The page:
I don’t know why I’d left my good viewing position that time. Coulda been the painfully loud clapper in back of me.
I KNEW the clapper was a white guy. (And he was.)
Was it the same position I’d left to summon a cop when someone needed help? I have no idea what happened, medically. The call was passed from within the depths of the crowd and I, unsung hero that I am, simply answered that call. I do know that when I realized the person now addressing the crowd was Sabryna Fulton, I tried, quasi-gracefully, to see her and succeeded in visually locating the spot just when the next talker had supplanted her. As she left, though, alongside Sharpton and people in shirts, I followed behind, as it seemed a visually supportive thing to do.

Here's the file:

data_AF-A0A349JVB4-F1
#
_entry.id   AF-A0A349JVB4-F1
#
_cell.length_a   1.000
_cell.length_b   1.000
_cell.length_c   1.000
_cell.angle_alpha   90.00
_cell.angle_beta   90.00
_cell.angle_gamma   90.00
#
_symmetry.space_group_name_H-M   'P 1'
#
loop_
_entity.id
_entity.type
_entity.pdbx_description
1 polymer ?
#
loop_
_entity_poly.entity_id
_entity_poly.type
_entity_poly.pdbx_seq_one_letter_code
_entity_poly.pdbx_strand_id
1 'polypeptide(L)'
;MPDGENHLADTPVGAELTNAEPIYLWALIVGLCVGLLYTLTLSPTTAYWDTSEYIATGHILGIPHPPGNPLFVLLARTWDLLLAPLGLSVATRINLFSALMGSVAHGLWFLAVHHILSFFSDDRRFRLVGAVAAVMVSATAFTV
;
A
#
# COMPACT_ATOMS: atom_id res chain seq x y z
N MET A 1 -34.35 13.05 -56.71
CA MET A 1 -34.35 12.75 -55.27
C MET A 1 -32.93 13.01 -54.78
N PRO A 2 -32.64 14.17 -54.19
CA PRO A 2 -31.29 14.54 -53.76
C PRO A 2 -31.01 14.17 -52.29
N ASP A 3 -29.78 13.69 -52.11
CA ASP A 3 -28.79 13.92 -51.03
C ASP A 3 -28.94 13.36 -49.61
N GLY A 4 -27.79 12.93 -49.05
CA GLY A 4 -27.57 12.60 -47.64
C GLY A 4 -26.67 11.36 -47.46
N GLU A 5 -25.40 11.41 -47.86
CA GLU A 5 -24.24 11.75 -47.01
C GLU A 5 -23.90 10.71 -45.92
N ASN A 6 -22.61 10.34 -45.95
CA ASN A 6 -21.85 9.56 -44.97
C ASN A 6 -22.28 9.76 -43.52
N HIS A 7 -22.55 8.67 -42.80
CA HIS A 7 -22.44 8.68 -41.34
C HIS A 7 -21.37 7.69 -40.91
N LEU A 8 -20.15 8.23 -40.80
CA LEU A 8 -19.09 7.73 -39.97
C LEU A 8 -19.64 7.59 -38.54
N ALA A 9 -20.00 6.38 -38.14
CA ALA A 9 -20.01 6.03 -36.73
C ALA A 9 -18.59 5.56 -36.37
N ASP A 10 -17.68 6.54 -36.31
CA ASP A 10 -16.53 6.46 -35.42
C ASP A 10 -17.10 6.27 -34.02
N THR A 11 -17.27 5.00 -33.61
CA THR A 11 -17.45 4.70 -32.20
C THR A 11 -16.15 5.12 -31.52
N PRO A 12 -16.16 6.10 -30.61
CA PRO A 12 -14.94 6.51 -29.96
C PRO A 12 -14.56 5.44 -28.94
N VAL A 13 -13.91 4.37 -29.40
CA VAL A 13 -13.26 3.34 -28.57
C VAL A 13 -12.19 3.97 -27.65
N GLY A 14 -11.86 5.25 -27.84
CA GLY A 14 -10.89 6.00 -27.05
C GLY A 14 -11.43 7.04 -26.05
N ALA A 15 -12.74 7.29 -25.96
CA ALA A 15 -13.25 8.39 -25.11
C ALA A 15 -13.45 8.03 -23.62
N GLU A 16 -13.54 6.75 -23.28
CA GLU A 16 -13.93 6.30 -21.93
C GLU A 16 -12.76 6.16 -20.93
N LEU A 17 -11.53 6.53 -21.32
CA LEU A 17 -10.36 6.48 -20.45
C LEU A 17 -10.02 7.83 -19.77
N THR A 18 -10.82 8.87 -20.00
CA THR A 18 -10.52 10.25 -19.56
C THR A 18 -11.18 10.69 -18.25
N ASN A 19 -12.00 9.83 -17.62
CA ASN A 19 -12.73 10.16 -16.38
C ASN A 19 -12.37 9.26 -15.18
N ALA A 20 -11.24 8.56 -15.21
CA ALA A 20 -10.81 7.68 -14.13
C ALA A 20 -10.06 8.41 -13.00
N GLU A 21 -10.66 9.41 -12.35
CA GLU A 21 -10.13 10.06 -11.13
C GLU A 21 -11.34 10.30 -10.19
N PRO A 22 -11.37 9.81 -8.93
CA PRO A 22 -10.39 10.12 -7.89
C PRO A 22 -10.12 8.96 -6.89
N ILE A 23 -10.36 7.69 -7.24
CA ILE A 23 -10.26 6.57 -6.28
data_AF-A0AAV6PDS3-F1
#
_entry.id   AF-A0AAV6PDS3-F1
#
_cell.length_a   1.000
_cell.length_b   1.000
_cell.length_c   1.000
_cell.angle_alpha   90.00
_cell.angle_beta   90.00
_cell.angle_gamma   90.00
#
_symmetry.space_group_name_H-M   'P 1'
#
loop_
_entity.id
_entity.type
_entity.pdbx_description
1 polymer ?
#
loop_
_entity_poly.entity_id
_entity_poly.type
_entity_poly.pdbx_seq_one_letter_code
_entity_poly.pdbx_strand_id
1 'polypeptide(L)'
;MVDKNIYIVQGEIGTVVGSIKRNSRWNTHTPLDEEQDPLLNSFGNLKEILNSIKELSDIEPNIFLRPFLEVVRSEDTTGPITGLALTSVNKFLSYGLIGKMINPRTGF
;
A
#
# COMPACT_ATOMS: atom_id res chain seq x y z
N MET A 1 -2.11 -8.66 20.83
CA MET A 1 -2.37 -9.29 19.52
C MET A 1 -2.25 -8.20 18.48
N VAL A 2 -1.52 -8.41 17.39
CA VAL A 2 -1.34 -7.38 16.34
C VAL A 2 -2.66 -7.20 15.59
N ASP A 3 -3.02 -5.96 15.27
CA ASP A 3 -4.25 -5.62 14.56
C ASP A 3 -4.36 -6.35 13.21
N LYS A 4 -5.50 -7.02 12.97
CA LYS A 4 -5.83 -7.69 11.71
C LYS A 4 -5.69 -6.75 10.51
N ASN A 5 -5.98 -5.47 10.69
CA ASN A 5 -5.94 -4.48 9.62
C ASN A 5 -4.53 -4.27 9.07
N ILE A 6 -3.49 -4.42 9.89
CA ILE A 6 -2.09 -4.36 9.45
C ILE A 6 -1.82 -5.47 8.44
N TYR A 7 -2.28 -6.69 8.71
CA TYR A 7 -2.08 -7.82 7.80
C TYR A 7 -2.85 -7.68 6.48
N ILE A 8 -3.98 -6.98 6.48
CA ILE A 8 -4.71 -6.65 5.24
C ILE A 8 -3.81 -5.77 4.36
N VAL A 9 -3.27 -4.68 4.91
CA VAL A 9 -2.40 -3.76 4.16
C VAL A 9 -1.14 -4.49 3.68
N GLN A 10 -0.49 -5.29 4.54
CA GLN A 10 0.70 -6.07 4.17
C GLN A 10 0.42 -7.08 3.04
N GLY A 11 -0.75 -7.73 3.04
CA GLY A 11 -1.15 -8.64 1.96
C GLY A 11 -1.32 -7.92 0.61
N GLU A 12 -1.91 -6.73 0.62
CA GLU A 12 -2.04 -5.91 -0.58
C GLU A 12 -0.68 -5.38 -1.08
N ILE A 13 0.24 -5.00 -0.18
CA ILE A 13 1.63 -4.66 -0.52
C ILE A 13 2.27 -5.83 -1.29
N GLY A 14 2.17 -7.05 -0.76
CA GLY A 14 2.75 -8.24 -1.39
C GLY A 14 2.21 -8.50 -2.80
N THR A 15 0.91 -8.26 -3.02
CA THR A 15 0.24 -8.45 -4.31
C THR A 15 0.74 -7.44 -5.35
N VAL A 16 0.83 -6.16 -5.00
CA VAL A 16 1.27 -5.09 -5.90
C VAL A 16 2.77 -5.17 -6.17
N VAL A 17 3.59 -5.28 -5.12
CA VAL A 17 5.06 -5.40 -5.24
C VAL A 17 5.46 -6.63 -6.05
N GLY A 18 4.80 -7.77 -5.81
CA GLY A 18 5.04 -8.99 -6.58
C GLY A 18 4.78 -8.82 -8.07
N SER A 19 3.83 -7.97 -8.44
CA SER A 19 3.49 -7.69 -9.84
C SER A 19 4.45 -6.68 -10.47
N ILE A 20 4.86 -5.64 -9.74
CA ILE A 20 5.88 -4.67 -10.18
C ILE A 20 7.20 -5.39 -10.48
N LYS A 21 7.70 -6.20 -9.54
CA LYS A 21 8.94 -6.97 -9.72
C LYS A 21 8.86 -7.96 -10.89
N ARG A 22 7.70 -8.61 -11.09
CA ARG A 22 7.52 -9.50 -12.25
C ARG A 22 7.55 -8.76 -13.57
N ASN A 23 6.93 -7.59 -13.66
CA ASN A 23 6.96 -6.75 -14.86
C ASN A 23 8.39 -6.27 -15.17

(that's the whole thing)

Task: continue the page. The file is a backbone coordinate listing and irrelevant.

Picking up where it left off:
To my right, I heard a passerby ask what was going on and someone answered that Al Sharpton was part of something. How, I wondered, could he not know what that something must have been? I pointed out to both asker and answerer that Trayvon Martin’s mother was crossing the street in that crowd ahead of us.
They were suddenly, quietly impressed. I guess it was her public dignity in the face of so much pain.
Chinatown ahead of me, I started to cry inside.
It took me by surprise.